The word ersatz (from the German ersetzen – to replace) came into use during World War I. It denotes a substitute for a thing or activity, a counterfeit of something highly desirable – usually of inferior quality, but sharing characteristics with the original. Ersatz was used for literally everything, from food products to women in the workplace substituting men called up to the military. Ersatz was also of great importance in calming public sentiment, and it was skillfully exploited – for instance, a coffee-like beverage could be offered, or a fake free media could be created. Times of authoritarian rule showed that ersatz could be used to effectively pull the wool over everybody’s eyes, even on a large national scale.
The word was gradually introduced into Polish as erzac, having been adapted from wartime jargon to denote efficiency in the face of the demands of temporary scarcity, which draws attention to the intertwined economic and geopolitical perspectives shaping our region. Post-communist Poland, and perhaps all of Eastern and Central Europe, was built on shock therapy, a flood of counterfeits and the belief that by not moving too much, one could find oneself on the Western, rather than the Eastern, side. Some interpretations of the political transformations in this part of Europe argue that their principle was a somewhat clumsy mimesis, an imitation of the West. However, the question of whether imitation has become nature or an obvious fake is related to the moment when the value of the original is re-appraised in the face of war and the crisis of liberal democracy. Is it possible for such an ersatz to turn into something good by nature? Can imitation gain its independence?
The sound art of the Western civilization is full of attempts at perfect imitation. The musical notation was intended to enable the reproduction of an ideal performance, while sound synthesizers aspired to the sound of classical instruments. While radio wanted to give the impression of a concert hall, sound in cinema became an art of imitating reality. Fountains and all recordings of nature are meant to create an alternate, soothing soundscape. The human mind has an extraordinary ability to adapt the perception of sound to reality (or its imitation), which, as a tool of sound studies, makes it possible to look for meaning in vibrations and spatial resonances that elude the mimetic function.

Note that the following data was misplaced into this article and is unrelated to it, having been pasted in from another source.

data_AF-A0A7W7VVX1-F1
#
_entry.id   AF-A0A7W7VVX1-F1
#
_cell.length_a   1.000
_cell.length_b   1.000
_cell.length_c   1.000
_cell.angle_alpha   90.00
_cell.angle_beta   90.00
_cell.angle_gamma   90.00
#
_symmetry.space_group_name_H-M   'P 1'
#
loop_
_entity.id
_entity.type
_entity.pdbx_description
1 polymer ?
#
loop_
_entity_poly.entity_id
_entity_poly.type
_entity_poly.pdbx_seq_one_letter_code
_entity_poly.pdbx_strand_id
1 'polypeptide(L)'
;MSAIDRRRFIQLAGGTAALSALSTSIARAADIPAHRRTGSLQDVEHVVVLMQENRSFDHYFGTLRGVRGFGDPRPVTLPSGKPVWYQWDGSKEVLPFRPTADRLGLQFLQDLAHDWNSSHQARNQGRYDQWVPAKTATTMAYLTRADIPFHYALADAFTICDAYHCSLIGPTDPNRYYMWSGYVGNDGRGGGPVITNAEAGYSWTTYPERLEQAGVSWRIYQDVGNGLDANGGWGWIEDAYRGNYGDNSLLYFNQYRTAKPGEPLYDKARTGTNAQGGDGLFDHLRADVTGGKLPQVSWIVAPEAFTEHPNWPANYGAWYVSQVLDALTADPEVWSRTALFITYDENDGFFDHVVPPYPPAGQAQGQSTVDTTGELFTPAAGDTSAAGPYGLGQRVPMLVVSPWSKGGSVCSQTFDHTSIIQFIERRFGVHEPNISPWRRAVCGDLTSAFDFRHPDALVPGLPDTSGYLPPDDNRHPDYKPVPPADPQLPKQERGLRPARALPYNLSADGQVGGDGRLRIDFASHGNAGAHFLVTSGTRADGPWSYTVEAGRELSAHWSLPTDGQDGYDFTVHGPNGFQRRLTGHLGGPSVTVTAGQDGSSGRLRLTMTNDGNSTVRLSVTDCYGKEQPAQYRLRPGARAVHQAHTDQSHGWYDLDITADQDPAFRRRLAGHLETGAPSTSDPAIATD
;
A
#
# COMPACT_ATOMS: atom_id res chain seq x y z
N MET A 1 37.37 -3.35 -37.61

Ersatz has always been a manifestation of class divisions, while the transition from “fake” to original has been one of the clearest symbols of economic advancement. However, from the perspective of a global economy that often locates both the production of originals and their counterfeits in the same place, the very question of the role of imitation often turns out to be about intangibles. Privileged groups, i.e. those who have the power to mark and sanction the authentic, will even resort to jumping into the unknown in the race for resources and supremacy. This is evidenced by the AI revolution taking place before our eyes (at its origins conceived as an imitation of human intelligence), which will perhaps mark the beginning of the end of both economics and social organization as we know it.
The history of the visual arts leads from representation to abstraction and beyond – for example, through readymade items or appropriation art. It is as if representation was forced to burst its own framework over time – through disintegration or synthesis, the inclusion and consecration of what was not art before, or finally through repetition. However, the already extremely illusionistic images could only be perceived aesthetically by stepping out of the state of fiction – the realization that one was experiencing an imitation. The tension between original and imitation is so important in the field of art that it has generated a whole series of aesthetic, technical and even market considerations and distinctions. It is in art that the notion of the original as unique – the one and only product, incompatible with the reality of branding and mass production – has survived. On the other hand, the history of fakes and counterfeits is as long as the concept of the original work itself, and abounds in examples in which imitation played the main role.
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Muzeum w podziemiu